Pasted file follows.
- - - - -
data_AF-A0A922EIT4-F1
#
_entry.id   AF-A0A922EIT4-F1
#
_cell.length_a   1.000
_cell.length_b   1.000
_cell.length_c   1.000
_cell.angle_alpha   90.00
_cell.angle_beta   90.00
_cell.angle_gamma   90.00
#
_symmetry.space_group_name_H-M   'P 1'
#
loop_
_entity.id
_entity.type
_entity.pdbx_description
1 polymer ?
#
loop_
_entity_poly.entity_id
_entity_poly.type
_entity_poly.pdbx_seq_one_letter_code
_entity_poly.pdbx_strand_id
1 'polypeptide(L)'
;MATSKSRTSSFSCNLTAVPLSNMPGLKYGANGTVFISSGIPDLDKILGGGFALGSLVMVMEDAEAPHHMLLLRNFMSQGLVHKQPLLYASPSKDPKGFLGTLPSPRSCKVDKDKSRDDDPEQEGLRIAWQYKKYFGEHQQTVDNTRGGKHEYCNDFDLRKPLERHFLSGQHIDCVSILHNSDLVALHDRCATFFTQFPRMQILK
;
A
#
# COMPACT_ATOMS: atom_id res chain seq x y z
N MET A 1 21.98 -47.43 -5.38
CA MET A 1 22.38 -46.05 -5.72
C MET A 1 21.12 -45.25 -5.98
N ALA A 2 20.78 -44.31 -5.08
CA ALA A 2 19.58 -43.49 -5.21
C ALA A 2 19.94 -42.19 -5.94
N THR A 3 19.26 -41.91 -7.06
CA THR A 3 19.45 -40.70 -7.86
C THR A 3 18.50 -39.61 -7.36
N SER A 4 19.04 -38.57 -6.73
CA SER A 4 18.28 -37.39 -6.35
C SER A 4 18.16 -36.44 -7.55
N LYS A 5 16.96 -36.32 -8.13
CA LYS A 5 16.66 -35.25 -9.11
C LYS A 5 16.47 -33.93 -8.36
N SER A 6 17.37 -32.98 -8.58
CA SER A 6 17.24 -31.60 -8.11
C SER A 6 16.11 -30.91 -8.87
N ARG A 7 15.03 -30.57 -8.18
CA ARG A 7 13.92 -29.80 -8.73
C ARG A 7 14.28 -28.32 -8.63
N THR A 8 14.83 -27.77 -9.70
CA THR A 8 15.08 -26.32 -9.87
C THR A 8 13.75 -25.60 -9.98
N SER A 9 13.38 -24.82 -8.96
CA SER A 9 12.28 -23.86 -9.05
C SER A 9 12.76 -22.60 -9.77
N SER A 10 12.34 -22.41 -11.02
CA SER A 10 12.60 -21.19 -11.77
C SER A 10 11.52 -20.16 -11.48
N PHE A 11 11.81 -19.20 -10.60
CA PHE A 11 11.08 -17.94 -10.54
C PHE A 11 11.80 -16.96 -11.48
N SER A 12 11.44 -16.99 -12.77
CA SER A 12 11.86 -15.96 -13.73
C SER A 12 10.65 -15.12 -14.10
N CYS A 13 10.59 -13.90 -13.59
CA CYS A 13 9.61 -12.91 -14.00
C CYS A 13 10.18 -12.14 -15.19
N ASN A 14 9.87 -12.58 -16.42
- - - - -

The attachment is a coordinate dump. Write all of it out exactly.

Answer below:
data_AF-A0A922EIT4-F1
#
_entry.id   AF-A0A922EIT4-F1
#
_cell.length_a   1.000
_cell.length_b   1.000
_cell.length_c   1.000
_cell.angle_alpha   90.00
_cell.angle_beta   90.00
_cell.angle_gamma   90.00
#
_symmetry.space_group_name_H-M   'P 1'
#
loop_
_entity.id
_entity.type
_entity.pdbx_description
1 polymer ?
#
loop_
_entity_poly.entity_id
_entity_poly.type
_entity_poly.pdbx_seq_one_letter_code
_entity_poly.pdbx_strand_id
1 'polypeptide(L)'
;MATSKSRTSSFSCNLTAVPLSNMPGLKYGANGTVFISSGIPDLDKILGGGFALGSLVMVMEDAEAPHHMLLLRNFMSQGLVHKQPLLYASPSKDPKGFLGTLPSPRSCKVDKDKSRDDDPEQEGLRIAWQYKKYFGEHQQTVDNTRGGKHEYCNDFDLRKPLERHFLSGQHIDCVSILHNSDLVALHDRCATFFTQFPRMQILK
;
A
#
# COMPACT_ATOMS: atom_id res chain seq x y z
N MET A 1 21.98 -47.43 -5.38
CA MET A 1 22.38 -46.05 -5.72
C MET A 1 21.12 -45.25 -5.98
N ALA A 2 20.78 -44.31 -5.08
CA ALA A 2 19.58 -43.49 -5.21
C ALA A 2 19.94 -42.19 -5.94
N THR A 3 19.26 -41.91 -7.06
CA THR A 3 19.45 -40.70 -7.86
C THR A 3 18.50 -39.61 -7.36
N SER A 4 19.04 -38.57 -6.73
CA SER A 4 18.28 -37.39 -6.35
C SER A 4 18.16 -36.44 -7.55
N LYS A 5 16.96 -36.32 -8.13
CA LYS A 5 16.66 -35.25 -9.11
C LYS A 5 16.47 -33.93 -8.36
N SER A 6 17.37 -32.98 -8.58
CA SER A 6 17.24 -31.60 -8.11
C SER A 6 16.11 -30.91 -8.87
N ARG A 7 15.03 -30.57 -8.18
CA ARG A 7 13.92 -29.80 -8.73
C ARG A 7 14.28 -28.32 -8.63
N THR A 8 14.83 -27.77 -9.70
CA THR A 8 15.08 -26.32 -9.87
C THR A 8 13.75 -25.60 -9.98
N SER A 9 13.38 -24.82 -8.96
CA SER A 9 12.28 -23.86 -9.05
C SER A 9 12.76 -22.60 -9.77
N SER A 10 12.34 -22.41 -11.02
CA SER A 10 12.60 -21.19 -11.77
C SER A 10 11.52 -20.16 -11.48
N PHE A 11 11.81 -19.20 -10.60
CA PHE A 11 11.08 -17.94 -10.54
C PHE A 11 11.80 -16.96 -11.48
N SER A 12 11.44 -16.99 -12.77
CA SER A 12 11.86 -15.96 -13.73
C SER A 12 10.65 -15.12 -14.10
N CYS A 13 10.59 -13.90 -13.59
CA CYS A 13 9.61 -12.91 -14.00
C CYS A 13 10.18 -12.14 -15.19
N ASN A 14 9.87 -12.58 -16.42